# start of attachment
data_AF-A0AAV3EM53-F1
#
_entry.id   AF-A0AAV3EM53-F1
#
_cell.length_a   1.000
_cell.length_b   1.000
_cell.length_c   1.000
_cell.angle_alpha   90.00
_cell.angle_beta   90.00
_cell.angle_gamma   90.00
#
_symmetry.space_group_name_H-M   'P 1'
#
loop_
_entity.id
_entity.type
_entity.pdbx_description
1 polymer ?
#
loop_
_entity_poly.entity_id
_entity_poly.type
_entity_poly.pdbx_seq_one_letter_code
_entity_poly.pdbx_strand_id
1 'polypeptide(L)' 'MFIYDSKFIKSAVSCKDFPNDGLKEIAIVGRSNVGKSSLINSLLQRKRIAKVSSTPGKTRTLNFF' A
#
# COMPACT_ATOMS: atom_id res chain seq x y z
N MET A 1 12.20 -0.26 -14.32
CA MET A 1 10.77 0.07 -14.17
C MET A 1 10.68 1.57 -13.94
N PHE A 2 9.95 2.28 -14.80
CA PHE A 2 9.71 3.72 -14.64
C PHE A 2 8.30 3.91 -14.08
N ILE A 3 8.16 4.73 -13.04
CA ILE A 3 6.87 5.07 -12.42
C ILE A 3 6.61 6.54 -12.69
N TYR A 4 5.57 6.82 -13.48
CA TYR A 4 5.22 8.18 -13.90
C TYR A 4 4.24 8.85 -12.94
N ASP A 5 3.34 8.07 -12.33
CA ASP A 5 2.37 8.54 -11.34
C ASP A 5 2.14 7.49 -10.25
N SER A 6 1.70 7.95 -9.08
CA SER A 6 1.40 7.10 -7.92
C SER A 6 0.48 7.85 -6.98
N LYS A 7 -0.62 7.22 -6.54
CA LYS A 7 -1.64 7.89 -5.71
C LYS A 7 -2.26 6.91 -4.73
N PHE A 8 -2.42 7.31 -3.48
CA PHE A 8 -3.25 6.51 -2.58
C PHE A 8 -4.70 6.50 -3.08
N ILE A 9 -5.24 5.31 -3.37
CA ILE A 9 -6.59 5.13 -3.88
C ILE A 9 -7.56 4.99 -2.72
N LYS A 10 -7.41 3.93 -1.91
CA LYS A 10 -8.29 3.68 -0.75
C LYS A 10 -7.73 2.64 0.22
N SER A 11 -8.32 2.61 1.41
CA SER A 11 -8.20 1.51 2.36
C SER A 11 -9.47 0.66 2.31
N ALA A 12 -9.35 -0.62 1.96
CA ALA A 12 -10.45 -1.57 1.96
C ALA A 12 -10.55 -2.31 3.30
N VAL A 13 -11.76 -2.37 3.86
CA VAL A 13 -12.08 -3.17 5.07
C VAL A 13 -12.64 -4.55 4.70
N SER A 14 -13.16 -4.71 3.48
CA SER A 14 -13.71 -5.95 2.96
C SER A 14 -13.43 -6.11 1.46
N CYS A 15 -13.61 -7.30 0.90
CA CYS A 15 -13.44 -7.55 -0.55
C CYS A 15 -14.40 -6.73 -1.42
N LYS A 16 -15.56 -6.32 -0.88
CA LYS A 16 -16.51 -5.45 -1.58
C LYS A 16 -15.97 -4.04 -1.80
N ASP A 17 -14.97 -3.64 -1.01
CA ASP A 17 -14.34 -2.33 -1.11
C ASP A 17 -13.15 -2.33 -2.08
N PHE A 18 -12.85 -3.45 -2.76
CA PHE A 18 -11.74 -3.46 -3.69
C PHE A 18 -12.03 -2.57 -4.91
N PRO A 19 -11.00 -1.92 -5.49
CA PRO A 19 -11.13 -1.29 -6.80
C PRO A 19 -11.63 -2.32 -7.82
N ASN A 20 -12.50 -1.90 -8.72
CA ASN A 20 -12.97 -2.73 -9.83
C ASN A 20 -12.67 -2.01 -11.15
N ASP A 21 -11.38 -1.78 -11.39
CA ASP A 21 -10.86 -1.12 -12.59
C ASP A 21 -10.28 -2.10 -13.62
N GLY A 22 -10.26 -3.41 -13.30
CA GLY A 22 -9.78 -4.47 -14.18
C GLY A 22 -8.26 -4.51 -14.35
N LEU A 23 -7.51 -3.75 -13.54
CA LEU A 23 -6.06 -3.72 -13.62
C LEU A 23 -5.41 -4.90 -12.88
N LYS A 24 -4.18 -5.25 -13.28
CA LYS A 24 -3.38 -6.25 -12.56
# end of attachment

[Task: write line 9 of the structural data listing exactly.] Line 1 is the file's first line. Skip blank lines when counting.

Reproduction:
_cell.angle_beta   90.00